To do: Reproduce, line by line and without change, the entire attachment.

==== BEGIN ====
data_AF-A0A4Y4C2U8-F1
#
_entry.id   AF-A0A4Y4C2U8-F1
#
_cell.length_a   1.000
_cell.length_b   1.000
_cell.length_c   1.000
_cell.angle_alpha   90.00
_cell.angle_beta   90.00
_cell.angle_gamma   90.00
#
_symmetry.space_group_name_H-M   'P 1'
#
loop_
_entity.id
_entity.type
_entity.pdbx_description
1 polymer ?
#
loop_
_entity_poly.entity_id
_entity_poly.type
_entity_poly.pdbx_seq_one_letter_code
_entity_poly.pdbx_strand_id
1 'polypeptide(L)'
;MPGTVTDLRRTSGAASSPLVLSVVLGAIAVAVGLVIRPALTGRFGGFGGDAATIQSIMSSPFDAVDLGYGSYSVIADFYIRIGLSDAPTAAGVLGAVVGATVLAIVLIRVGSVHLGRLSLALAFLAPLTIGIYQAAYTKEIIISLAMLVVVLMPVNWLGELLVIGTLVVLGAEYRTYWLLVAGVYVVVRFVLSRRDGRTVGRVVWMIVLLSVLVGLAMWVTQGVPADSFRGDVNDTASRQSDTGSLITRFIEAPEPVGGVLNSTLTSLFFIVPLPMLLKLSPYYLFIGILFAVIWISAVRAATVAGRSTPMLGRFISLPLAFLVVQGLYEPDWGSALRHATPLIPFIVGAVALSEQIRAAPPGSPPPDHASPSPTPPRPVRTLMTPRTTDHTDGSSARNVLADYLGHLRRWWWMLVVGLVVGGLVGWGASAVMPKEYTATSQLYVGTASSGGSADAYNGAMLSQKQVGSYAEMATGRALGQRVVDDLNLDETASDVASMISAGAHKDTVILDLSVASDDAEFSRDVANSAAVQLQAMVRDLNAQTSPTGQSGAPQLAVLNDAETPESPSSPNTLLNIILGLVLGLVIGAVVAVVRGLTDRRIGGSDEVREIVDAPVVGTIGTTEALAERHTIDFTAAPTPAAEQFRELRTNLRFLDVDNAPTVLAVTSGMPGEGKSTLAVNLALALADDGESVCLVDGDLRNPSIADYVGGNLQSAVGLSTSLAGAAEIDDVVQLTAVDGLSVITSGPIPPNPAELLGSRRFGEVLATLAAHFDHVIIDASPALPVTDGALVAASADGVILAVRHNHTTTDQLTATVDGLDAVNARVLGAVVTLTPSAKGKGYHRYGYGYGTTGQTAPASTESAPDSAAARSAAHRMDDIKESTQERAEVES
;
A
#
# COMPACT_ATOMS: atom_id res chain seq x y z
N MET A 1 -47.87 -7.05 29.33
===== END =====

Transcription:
data_AF-A0A4Y4C2U8-F1
#
_entry.id   AF-A0A4Y4C2U8-F1
#
_cell.length_a   1.000
_cell.length_b   1.000
_cell.length_c   1.000
_cell.angle_alpha   90.00
_cell.angle_beta   90.00
_cell.angle_gamma   90.00
#
_symmetry.space_group_name_H-M   'P 1'
#
loop_
_entity.id
_entity.type
_entity.pdbx_description
1 polymer ?
#
loop_
_entity_poly.entity_id
_entity_poly.type
_entity_poly.pdbx_seq_one_letter_code
_entity_poly.pdbx_strand_id
1 'polypeptide(L)'
;MPGTVTDLRRTSGAASSPLVLSVVLGAIAVAVGLVIRPALTGRFGGFGGDAATIQSIMSSPFDAVDLGYGSYSVIADFYIRIGLSDAPTAAGVLGAVVGATVLAIVLIRVGSVHLGRLSLALAFLAPLTIGIYQAAYTKEIIISLAMLVVVLMPVNWLGELLVIGTLVVLGAEYRTYWLLVAGVYVVVRFVLSRRDGRTVGRVVWMIVLLSVLVGLAMWVTQGVPADSFRGDVNDTASRQSDTGSLITRFIEAPEPVGGVLNSTLTSLFFIVPLPMLLKLSPYYLFIGILFAVIWISAVRAATVAGRSTPMLGRFISLPLAFLVVQGLYEPDWGSALRHATPLIPFIVGAVALSEQIRAAPPGSPPPDHASPSPTPPRPVRTLMTPRTTDHTDGSSARNVLADYLGHLRRWWWMLVVGLVVGGLVGWGASAVMPKEYTATSQLYVGTASSGGSADAYNGAMLSQKQVGSYAEMATGRALGQRVVDDLNLDETASDVASMISAGAHKDTVILDLSVASDDAEFSRDVANSAAVQLQAMVRDLNAQTSPTGQSGAPQLAVLNDAETPESPSSPNTLLNIILGLVLGLVIGAVVAVVRGLTDRRIGGSDEVREIVDAPVVGTIGTTEALAERHTIDFTAAPTPAAEQFRELRTNLRFLDVDNAPTVLAVTSGMPGEGKSTLAVNLALALADDGESVCLVDGDLRNPSIADYVGGNLQSAVGLSTSLAGAAEIDDVVQLTAVDGLSVITSGPIPPNPAELLGSRRFGEVLATLAAHFDHVIIDASPALPVTDGALVAASADGVILAVRHNHTTTDQLTATVDGLDAVNARVLGAVVTLTPSAKGKGYHRYGYGYGTTGQTAPASTESAPDSAAARSAAHRMDDIKESTQERAEVES
;
A
#
# COMPACT_ATOMS: atom_id res chain seq x y z
N MET A 1 -47.87 -7.05 29.33